The contrasting scenarios in different U.S. regions illustrate the direct impact of construction activity on housing economics. In the Southern and Western U.S., robust construction efforts have helped stabilise or even reduce rents. This is because increased housing supply tends to moderate price inflation by meeting or exceeding demand. Conversely, in the Northeast and Midwest of America, less construction has not kept up with demand, leading to rapidly increasing rents. This disparity offers us a clear lesson: when construction keeps pace with demand, it can help control inflation in the housing market by preventing the supply shortages that drive up prices. 

Drawing parallels between the U.S. and Australia, we see similar regional disparities. Cities like Sydney and Melbourne, much like the U.S. Northeast, are experiencing a shortfall in new construction relative to demand, leading to rising rents and housing prices. This comparison highlights a universal economic principle: adequate housing supply is crucial to maintaining affordability. 

However, despite proactive construction being a viable solution to control inflation, achieving this in Australia is not so simple. The Australian Government has set ambitious targets to ramp up construction, aiming to build 1.2 million new homes over the next five years. Yet, as outlined in our article from September 2023 ‘Will the Government’s New Housing Target Turn the Market Upside Down?’, these targets are unlikely to be met due to a variety of challenges. In this article I stated, “The reality of achieving a 26.6% increase in production over previous outputs is overwhelming, given current constraints in labour, materials, and regulatory approvals.” Additionally, we’ve highlighted a concerning trend of declining housing approvals and commencements as a result of rising interest rates, “Despite there being 240,000 dwellings under construction, the number of new approvals and starts has not kept pace, indicating a potential worsening of the supply crisis.”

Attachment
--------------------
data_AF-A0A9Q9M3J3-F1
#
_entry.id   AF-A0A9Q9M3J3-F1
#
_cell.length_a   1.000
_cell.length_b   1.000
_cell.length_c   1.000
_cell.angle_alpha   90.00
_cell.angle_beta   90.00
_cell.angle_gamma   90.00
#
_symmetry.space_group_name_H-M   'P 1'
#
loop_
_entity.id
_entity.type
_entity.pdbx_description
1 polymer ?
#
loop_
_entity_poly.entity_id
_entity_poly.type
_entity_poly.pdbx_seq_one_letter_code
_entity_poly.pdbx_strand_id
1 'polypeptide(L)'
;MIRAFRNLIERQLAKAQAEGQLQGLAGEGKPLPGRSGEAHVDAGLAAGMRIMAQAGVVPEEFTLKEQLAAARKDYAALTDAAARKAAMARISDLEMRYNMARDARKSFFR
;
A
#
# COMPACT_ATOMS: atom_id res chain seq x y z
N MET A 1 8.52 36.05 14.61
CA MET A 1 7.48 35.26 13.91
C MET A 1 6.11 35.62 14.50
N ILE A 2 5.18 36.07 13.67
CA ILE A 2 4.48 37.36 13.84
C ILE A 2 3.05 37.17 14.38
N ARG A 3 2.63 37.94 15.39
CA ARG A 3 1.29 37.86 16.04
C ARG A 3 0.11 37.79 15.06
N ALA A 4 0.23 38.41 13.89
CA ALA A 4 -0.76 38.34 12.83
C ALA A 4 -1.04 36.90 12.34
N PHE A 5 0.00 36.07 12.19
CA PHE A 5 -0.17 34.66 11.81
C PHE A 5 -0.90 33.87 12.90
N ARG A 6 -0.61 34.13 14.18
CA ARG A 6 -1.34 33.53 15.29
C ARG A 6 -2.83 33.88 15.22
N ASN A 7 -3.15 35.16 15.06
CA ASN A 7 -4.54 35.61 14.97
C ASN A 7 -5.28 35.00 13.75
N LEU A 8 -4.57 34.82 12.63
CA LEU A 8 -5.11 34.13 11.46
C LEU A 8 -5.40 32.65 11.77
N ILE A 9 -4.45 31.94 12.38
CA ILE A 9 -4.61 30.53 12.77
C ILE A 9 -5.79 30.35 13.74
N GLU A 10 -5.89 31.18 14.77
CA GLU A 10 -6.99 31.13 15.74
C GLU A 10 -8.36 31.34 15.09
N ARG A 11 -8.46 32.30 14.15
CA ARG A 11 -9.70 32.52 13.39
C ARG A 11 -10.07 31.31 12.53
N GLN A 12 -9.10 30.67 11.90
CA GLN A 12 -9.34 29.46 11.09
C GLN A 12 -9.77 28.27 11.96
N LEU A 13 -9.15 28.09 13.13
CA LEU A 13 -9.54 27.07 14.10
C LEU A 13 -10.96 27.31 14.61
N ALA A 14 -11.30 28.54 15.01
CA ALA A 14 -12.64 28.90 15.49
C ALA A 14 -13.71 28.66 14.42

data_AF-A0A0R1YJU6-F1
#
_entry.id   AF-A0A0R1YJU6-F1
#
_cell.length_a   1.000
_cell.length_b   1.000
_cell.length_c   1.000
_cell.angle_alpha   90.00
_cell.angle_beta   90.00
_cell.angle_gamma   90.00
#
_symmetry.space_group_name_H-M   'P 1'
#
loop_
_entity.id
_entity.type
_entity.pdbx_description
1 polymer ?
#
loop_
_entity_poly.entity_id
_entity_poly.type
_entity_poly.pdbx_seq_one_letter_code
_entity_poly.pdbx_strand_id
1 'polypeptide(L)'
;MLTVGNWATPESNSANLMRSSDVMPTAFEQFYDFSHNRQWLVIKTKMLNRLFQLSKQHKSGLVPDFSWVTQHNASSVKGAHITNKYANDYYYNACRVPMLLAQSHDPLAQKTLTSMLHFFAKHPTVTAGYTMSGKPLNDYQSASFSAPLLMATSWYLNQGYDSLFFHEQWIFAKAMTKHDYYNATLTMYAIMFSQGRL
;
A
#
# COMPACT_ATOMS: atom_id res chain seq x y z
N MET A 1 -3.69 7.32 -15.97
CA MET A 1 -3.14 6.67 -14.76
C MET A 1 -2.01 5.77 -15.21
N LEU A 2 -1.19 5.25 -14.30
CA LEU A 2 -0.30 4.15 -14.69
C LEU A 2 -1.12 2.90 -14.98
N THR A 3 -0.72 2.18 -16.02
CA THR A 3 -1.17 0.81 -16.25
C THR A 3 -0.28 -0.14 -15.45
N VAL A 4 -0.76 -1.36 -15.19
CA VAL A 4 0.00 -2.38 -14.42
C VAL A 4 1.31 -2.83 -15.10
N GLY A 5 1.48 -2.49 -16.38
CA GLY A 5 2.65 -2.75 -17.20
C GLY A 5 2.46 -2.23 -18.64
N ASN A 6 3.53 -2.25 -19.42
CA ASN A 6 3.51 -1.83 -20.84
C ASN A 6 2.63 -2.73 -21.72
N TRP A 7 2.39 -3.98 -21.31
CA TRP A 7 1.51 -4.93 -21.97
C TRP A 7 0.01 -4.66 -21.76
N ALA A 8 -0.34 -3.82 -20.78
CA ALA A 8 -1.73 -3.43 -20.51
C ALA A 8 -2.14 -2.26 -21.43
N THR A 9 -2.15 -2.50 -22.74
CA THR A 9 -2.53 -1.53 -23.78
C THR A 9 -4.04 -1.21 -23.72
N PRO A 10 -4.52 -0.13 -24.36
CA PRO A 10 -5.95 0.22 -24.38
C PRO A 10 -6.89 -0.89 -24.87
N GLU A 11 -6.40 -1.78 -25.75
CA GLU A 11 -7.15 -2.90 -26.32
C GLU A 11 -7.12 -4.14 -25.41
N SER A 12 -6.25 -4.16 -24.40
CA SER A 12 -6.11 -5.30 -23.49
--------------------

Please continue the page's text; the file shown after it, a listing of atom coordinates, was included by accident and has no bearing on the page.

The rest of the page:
By understanding these dynamics, it becomes evident that while proactive construction can mitigate inflation by increasing supply, the complexities of achieving these construction goals in the face of logistical and regulatory challenges present a formidable obstacle. For Australian markets, particularly in high-demand urban areas, aligning construction activity with demand remains a critical, yet challenging, strategy to curb inflationary pressures in the housing sector. 

Today’s Challenges Are Tomorrow’s Opportunity

For Australian property investors and those considering entering the market, these are times of both challenge and opportunity.  

What is evident from the current, and growing, undersupply of housing is that rents will continue to rise for some time and there is likely to be a “catch up” of house prices in the coming years, where price growth accelerates. In other words, in future years those investors that were able to purchase property in 2024 will benefit from both rising rents and rising prices. 

By understanding the interconnectedness of interest rates, government policies, and construction activity, investors can better navigate the complex housing landscape. A strategic approach to property investment that considers economic indicators and policy directions can mitigate risks and capitalise on opportunities, providing a clearer path through the current economic turbulence.